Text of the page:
Published on January 26, 2008
The move is part of the global energy-saving policy raised by headquarters in the United Kingdom to reduce energy demand at all branches and offices worldwide.
Ek-Chai Distribution Systems (Thailand), the local operator of the hypermarket chain, yesterday opened its second green store at Salaya in Nakhon Pathom, following the
first store launched on Rama IV Road in Bangkok in 2004.
CEO Jeff Adams said the new store built on the success of the pioneering one and also undertakes new initiatives of its own.
With an investment of over Bt800 million, it is the most technologically advanced model, employing more than 70 energy-saving and environmental conservation measures.
The company will invest Bt7 billion to build 132 stores this year, of which 100 will be small Tesco Lotus Express shops, 20 will be Lotus Markets, six will be Value Stores and six will be hypermarkets.
The next large store is slated for Ban Chang district of Rayong, costing Bt400 million.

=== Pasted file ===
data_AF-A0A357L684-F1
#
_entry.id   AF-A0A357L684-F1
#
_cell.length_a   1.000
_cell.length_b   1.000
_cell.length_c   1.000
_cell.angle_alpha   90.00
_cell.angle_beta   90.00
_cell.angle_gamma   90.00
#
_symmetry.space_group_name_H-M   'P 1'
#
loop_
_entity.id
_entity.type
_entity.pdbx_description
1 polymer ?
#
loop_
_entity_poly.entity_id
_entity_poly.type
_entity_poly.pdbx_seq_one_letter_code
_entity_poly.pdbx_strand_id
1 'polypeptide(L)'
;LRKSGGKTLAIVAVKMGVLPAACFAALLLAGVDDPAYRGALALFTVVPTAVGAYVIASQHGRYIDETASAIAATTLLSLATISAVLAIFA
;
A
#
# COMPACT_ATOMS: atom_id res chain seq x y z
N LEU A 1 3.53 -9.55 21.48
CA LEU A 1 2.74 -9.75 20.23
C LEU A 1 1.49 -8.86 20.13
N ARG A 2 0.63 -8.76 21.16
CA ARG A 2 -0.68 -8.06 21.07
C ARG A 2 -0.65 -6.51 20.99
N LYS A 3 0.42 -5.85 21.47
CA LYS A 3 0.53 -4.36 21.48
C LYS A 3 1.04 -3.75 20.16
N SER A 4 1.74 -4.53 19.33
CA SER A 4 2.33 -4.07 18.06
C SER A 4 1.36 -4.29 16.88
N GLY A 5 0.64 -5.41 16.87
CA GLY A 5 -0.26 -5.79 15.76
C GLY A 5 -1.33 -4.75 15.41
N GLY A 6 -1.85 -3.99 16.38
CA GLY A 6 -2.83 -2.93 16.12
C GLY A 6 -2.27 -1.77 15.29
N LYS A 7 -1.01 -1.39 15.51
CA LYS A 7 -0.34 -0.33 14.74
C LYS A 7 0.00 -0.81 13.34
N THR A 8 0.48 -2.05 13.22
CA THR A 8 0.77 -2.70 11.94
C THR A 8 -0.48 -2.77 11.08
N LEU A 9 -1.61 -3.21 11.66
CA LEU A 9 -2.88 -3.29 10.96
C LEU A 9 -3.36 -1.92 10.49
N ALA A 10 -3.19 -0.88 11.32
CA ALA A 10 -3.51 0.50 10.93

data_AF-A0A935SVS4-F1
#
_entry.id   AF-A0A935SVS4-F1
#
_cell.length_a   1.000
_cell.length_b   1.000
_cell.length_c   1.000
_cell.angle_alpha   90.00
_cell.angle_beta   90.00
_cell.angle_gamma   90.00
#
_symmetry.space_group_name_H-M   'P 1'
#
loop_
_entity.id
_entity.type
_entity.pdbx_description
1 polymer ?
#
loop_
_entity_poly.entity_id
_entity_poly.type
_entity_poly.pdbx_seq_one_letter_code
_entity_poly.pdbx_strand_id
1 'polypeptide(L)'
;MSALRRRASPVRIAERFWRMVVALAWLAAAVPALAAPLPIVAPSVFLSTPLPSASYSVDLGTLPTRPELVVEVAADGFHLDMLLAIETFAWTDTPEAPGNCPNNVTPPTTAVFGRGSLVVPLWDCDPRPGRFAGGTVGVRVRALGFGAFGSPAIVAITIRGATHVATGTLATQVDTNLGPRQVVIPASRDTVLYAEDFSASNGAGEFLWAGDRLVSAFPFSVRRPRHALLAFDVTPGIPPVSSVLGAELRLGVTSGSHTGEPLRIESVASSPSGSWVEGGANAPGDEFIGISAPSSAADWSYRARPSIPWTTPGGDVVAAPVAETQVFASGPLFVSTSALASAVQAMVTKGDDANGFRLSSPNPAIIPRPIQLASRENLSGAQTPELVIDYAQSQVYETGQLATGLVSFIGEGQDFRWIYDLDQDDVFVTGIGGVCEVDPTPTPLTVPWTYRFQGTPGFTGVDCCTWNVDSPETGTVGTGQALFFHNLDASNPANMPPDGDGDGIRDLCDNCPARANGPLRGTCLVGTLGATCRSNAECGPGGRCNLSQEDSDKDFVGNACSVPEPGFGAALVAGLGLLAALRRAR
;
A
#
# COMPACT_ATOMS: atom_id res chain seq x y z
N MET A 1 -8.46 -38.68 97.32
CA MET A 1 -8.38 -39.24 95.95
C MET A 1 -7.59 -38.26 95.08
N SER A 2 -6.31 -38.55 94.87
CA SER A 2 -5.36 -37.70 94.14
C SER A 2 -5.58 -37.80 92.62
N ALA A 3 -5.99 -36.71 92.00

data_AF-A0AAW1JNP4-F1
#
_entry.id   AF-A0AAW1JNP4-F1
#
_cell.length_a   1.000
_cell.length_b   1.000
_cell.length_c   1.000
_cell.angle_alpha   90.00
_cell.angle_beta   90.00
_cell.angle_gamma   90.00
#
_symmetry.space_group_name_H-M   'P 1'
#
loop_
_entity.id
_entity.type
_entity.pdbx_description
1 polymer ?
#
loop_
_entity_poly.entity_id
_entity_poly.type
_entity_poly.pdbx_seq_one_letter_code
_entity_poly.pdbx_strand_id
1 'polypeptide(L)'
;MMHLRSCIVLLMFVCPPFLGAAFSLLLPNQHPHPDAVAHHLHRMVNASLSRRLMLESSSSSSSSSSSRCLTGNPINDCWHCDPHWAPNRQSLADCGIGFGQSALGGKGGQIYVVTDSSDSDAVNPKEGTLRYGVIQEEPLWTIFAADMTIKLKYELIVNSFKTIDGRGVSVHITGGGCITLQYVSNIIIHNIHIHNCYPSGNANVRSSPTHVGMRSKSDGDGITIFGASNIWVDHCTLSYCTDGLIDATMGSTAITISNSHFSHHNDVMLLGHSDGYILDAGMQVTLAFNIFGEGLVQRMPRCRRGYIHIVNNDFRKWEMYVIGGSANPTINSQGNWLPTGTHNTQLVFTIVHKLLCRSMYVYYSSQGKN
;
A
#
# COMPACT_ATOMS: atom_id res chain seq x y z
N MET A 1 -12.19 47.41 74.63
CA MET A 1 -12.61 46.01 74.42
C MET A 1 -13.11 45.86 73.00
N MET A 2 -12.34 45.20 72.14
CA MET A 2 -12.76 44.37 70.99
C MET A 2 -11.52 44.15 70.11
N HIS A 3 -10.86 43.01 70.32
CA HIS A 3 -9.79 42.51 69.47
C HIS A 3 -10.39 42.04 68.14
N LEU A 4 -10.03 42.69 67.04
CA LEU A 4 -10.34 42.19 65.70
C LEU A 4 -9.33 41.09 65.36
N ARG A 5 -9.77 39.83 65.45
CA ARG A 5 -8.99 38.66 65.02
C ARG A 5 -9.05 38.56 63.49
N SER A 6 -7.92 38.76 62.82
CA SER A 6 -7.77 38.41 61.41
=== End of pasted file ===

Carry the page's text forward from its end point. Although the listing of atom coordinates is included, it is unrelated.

The company will also spend 25 per cent of its capital budget to renovate all
the stores to the new green concept by February next year.
The green stores feature a solar cooling system for air-conditioning and biodiesel and biogas plants, which use disposed cooking oil, fruits and vegetables as raw materials to produce fuel for the building's electric generator. They also rely on wind turbines to generate electricity for the parking area and bus stops.
The stores will accommodate an eco-education centre providing education in environmental initiatives and an interactive learning experience for youth.
Customers can shop in a store designed for their convenience and comfort, while helping to preserve the environment.
Tesco Lotus's other green initiatives include the decision last October to power its entire delivery fleet of over 400 tractor trailers with biodiesel and the drawing up of an energy-conservation plan for all its stores, which will require an additional investment of Bt131 million this year.